Finance is the science of managing money. It is the function in a business responsible for acquiring funds for the firm and managing funds within the firm (preparing budgets, doing cash flow analyses) and planning for the expenditure of funds on such assets as plant, equipment, and machinery. Finance is the field of study that best integrates the other disciplines in the business course. Like accounting, finance deals with value and the monetary resources of the organization; like marketing, finance deals with managing and planning for the future; like economics, finance is based on the theory of rational decision-making; like management science, finance relies on highly structured models and methods; and like management, finance is concerned with making decisions in some form of a human organization. This central position of finance in relation to the other business disciplines gives the finance student the opportunity to gain some useful knowledge of those disciplines regardless of the student’s background or career plans.
Opportunities in Finance.
Finance consists of three interrelated areas: (1) money and capital markets, which deals with securities markets and financial institutions; (2) investments, which focuses on the decisions of both individual and institutional investors as they choose securities for their investment portfolios; and (3) financial management, or «business finance», which involves the actual management of firms.
The career opportunities within each field are many and varied, but financial managers must have knowledge of all three areas if they are to do their jobs well.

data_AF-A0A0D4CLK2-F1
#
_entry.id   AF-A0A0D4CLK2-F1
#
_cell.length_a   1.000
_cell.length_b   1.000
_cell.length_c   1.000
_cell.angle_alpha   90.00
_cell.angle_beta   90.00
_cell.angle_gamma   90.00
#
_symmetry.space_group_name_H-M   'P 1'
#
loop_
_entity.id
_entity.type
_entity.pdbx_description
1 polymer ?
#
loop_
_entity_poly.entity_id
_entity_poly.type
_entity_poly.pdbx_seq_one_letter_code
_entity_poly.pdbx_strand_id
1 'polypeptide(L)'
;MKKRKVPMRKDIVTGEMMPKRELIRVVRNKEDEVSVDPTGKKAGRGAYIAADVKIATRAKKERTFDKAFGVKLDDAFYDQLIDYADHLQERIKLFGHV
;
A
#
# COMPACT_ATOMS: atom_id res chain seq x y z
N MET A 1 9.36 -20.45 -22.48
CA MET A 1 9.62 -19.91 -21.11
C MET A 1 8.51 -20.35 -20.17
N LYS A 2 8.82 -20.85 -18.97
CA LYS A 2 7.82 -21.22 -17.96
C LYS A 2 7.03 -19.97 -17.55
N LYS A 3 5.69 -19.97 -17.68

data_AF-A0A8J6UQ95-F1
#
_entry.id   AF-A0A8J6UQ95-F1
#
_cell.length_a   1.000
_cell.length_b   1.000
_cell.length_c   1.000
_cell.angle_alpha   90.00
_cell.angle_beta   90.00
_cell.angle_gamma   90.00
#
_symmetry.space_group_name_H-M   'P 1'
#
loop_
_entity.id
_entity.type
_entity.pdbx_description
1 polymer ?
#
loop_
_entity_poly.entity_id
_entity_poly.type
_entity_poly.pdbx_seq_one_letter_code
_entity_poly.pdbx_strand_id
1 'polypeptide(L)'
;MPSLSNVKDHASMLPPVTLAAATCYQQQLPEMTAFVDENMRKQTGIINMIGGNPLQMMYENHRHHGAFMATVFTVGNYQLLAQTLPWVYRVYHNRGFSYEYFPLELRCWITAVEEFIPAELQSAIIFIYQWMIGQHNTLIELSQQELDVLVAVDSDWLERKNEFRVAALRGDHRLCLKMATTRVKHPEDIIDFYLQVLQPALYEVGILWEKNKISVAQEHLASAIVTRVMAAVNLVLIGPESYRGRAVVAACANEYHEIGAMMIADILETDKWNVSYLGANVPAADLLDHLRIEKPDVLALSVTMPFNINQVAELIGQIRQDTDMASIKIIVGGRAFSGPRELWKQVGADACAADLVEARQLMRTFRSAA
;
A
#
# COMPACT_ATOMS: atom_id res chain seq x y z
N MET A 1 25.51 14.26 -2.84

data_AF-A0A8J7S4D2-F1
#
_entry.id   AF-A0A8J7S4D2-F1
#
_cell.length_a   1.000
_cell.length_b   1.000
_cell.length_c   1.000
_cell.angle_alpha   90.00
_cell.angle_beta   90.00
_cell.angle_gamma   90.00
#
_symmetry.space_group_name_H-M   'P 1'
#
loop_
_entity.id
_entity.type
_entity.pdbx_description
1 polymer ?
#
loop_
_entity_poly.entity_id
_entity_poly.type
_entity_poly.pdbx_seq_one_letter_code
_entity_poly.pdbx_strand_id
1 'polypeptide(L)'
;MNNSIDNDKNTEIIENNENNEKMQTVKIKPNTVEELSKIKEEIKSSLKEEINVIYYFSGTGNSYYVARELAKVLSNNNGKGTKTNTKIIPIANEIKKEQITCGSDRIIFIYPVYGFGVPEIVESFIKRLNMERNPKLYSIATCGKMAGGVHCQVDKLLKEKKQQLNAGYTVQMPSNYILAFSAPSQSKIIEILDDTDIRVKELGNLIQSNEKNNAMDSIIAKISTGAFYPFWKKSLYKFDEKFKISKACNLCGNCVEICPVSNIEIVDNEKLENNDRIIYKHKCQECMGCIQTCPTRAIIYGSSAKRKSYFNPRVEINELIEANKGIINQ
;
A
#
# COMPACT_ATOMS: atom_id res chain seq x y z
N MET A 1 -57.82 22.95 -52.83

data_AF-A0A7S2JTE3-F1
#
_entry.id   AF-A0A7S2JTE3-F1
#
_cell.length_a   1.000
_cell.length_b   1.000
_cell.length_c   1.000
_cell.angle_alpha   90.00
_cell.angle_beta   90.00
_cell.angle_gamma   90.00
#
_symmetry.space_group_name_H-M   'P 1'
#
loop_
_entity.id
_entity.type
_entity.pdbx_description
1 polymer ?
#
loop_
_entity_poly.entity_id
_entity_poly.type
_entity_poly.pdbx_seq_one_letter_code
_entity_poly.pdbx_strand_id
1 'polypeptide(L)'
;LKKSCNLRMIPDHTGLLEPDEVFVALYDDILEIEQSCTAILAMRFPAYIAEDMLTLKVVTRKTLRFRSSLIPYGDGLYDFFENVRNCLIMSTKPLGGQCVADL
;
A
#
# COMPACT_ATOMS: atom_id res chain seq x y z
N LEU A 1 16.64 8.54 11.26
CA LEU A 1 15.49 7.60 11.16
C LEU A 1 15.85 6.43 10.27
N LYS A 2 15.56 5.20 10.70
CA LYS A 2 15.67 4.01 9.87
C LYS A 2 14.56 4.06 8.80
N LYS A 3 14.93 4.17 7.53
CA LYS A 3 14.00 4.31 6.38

Money and Capital Markets.
Many finance graduates go to work for financial institutions, including banks, insurance companies, mutual funds, and investment banking firms. They need knowledge of valuation techniques, the factors that cause interest rates to rise and fall, the regulations to which financial institutions are subject, and the various types of financial instruments (mortgages, auto loans, certificates of deposit, and so on). One also needs general knowledge of all aspects of business administration, because the management of a financial institution involves accounting, marketing, personnel, and computer systems, as well as financial management. One common entry-level job in this area is a bank officer trainee, where you go into bank operations and learn about the business, from tellers’ work, to cash management and making loans. Alternatively, you might become a specialist in some area such as real estate, and be authorized to make loans or in the management of trusts, estates, and pension funds. Similar career paths are available with insurance companies, investment companies, credit unions, and consumer loan companies.
Finance graduates who go into investments often work for a brokerage house either in sales or as a security analyst. Others work for banks, mutual funds, or insurance companies in the management of their investment portfolios; for financial consulting firms which advise individual investors or pension funds on how to invest their funds; or for an investment banker whose primary function is to help businesses raise new capital. The three main functions in the investments area are (1) sales, (2) the analysis of individual securities, and (3) determining the optimal mix of securities for a given investor.
Financial management is the broadest of the three areas, and the one with the greatest number of job opportunities. Financial management is important in all types of businesses, including banks and other financial institutions, as well as industrial and retail firms. Financial management is also important in governmental operations, from schools to hospitals. Financial managers have the responsibility for deciding the credit terms under which customers may buy, how much inventory the firm should carry, how much cash to keep on hand, and how much of the firm’s earnings should go back into the business or pay out as dividends.